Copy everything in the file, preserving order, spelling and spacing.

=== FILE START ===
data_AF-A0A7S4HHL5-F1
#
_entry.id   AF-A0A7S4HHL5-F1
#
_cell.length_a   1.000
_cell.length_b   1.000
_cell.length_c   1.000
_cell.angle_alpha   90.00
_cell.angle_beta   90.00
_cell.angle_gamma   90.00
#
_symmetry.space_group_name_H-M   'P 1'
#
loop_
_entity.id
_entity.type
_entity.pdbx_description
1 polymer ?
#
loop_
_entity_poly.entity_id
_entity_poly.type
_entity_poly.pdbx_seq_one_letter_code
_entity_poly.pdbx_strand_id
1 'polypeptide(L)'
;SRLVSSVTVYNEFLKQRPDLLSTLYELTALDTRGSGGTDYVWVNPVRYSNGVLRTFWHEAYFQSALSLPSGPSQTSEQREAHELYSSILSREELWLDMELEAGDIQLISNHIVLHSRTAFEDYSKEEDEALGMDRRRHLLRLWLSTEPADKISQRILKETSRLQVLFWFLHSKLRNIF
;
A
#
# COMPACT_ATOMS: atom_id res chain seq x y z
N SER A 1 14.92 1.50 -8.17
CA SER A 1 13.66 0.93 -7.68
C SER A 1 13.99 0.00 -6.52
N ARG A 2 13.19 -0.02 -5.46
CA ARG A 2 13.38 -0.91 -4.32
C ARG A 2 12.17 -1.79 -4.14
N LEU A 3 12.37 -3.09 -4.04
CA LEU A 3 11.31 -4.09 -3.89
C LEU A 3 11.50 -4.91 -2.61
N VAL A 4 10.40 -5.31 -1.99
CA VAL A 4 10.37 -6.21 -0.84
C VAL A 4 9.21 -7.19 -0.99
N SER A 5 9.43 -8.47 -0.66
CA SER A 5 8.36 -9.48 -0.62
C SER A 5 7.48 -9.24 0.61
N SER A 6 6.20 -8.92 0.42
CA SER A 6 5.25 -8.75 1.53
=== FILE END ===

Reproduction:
data_AF-A0A7S4HHL5-F1
#
_entry.id   AF-A0A7S4HHL5-F1
#
_cell.length_a   1.000
_cell.length_b   1.000
_cell.length_c   1.000
_cell.angle_alpha   90.00
_cell.angle_beta   90.00
_cell.angle_gamma   90.00
#
_symmetry.space_group_name_H-M   'P 1'
#
loop_
_entity.id
_entity.type
_entity.pdbx_description
1 polymer ?
#
loop_
_entity_poly.entity_id
_entity_poly.type
_entity_poly.pdbx_seq_one_letter_code
_entity_poly.pdbx_strand_id
1 'polypeptide(L)'
;SRLVSSVTVYNEFLKQRPDLLSTLYELTALDTRGSGGTDYVWVNPVRYSNGVLRTFWHEAYFQSALSLPSGPSQTSEQREAHELYSSILSREELWLDMELEAGDIQLISNHIVLHSRTAFEDYSKEEDEALGMDRRRHLLRLWLSTEPADKISQRILKETSRLQVLFWFLHSKLRNIF
;
A
#
# COMPACT_ATOMS: atom_id res chain seq x y z
N SER A 1 14.92 1.50 -8.17
CA SER A 1 13.66 0.93 -7.68
C SER A 1 13.99 0.00 -6.52
N ARG A 2 13.19 -0.02 -5.46
CA ARG A 2 13.38 -0.91 -4.32
C ARG A 2 12.17 -1.79 -4.14
N LEU A 3 12.37 -3.09 -4.04
CA LEU A 3 11.31 -4.09 -3.89
C LEU A 3 11.50 -4.91 -2.61
N VAL A 4 10.40 -5.31 -1.99
CA VAL A 4 10.37 -6.21 -0.84
C VAL A 4 9.21 -7.19 -0.99
N SER A 5 9.43 -8.47 -0.66
CA SER A 5 8.36 -9.48 -0.62
C SER A 5 7.48 -9.24 0.61
N SER A 6 6.20 -8.92 0.42
CA SER A 6 5.25 -8.75 1.53